MQ2 Gas-Smoke Sensor

MQ2 Gas-Smoke Sensor


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What is MQ2 Gas Sensor?

MQ2 is one of the commonly used gas sensors in MQ sensor series. It is a Metal Oxide Semiconductor (MOS) type Gas Sensor also known as Chemiresistors as the detection is based upon change of resistance of the sensing material when the Gas comes in contact with the material. Using a simple voltage divider network, concentrations of gas can be detected.

MQ2 Gas sensor works on 5V DC and draws around 800mW. It can detect LPGSmokeAlcoholPropaneHydrogenMethane and Carbon Monoxide concentrations anywhere from 200 to 10000ppm.

Here are the complete specifications

Operating voltage 5V
Load resistance 20 KΩ
Heater resistance 33Ω ± 5%
Heating consumption <800mw
Sensing Resistance 10 KΩ – 60 KΩ
Concentration Scope 200 – 10000ppm
Preheat Time Over 24 hour


This is how the sensor looks like when outer mesh is removed. The star-shaped structure is formed by the sensing element and six connecting legs that extend beyond the Bakelite base. Out of six, two leads (H) are responsible for heating the sensing element and are connected through Nickel-Chromium coil, well known conductive alloy.

The remaining four leads (A & B) responsible for output signals are connected using Platinum Wires. These wires are connected to the body of the sensing element and convey small changes in the current that passes through the sensing element.

Nickel-Chromium coil and Aluminum Oxide based ceramic forms a Heating System; while Platinum wires and coating of Tin Dioxide forms a Sensing System.

How does a gas sensor work?

When tin dioxide (semiconductor particles) is heated in air at high temperature, oxygen is adsorbed on the surface. In clean air, donor electrons in tin dioxide are attracted toward oxygen which is adsorbed on the surface of the sensing material. This prevents electric current flow.

In the presence of reducing gases, the surface density of adsorbed oxygen decreases as it reacts with the reducing gases. Electrons are then released into the tin dioxide, allowing current to flow freely through the sensor.

Hardware Overview – MQ2 Gas Sensor Module

Since MQ2 Gas Sensor is not breadboard compatible, we do recommend this handy little breakout board. It’s very easy to use and comes with two different outputs. It not only provides a binary indication of the presence of combustible gases but also an analog representation of their concentration in air.

The analog output voltage provided by the sensor changes in proportional to the concentration of smoke/gas. The greater the gas concentration, the higher is the output voltage; while lesser gas concentration results in low output voltage. The following animation illustrates the relationship between gas concentration and output voltage.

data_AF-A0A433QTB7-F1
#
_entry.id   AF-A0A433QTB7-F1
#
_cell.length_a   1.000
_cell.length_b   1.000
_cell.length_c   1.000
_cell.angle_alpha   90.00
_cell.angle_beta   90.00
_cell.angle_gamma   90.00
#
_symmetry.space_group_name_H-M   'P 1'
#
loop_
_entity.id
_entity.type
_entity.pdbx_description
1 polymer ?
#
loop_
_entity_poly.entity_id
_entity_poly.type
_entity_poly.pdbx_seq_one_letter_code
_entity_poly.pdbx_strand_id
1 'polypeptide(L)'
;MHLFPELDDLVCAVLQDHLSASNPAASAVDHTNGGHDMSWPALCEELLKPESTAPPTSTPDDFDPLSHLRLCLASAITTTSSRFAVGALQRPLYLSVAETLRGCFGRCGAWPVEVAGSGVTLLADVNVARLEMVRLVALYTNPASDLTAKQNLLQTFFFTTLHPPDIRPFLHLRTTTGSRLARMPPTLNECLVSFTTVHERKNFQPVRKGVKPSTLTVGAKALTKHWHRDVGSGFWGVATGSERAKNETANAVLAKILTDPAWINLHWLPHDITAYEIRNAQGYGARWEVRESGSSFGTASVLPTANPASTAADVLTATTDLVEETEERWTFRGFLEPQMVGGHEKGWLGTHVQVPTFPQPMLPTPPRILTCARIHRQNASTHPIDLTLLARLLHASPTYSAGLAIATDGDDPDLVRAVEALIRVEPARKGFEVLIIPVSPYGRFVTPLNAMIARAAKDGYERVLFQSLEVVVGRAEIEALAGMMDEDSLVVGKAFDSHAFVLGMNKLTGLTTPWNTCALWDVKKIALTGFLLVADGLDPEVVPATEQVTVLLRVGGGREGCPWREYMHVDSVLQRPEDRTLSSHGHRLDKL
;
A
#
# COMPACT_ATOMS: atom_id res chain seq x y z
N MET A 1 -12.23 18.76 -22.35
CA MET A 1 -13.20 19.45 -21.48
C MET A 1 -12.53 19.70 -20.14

The analog signal from MQ2 Gas sensor is further fed to LM393 High Precision Comparator (soldered on the bottom of the module), of course to digitize the signal. Along with the comparator is a little potentiometer you can turn to adjust the sensitivity of the sensor. You can use it to adjust the concentration of gas at which the sensor detects it.

The sensor is sensitive to multiple gasses – but cannot tell which it is! That’s normal; most gas sensors are like that. So, it is best for measuring changes in a known gas density, not detecting which is changing.

Calibrate MQ2 Gas Sensor Module

To calibrate the gas sensor you can hold the gas sensor near smoke/gas you want to detect and keep turning the potentiometer until the Red LED on the module starts glowing. Turn the screw clockwise to increase sensitivity or anticlockwise to decrease sensitivity.

The comparator on the module continuously checks if the analog pin (A0) has hit the threshold value set by potentiometer. When it crosses the threshold, the digital pin (D0) will go HIGH and signal LED turns on. This setup is very useful when you need to trigger an action when certain threshold is reached. For example, when the smoke crosses a threshold, you can turn on or off a relay or instruct your robot to blow air/sprinkle water. You got the idea!

MQ2 Gas Sensor Module Pinout

VCC supplies power for the module. You can connect it to 5V output from your Arduino.

GND is the Ground Pin and needs to be connected to GND pin on the Arduino.

D0 provides a digital representation of the presence of combustible gases.

A0 provides analog output voltage in proportional to the concentration of smoke/gas.

Wiring – Connecting MQ2 Gas Sensor Module to Arduino UNO

Now that we have a complete understanding of how MQ2 Gas sensor works, we can begin hooking it up to our Arduino!

Connecting the MQ2 Gas sensor module to the Arduino is pretty easy. Start by placing the sensor on to your breadboard. Connect VCC pin to the 5V pin on the Arduino and connect GND pin to the Ground pin on the Arduino.


Packing List

x1 unit MQ2 Gas-Smoke Sensor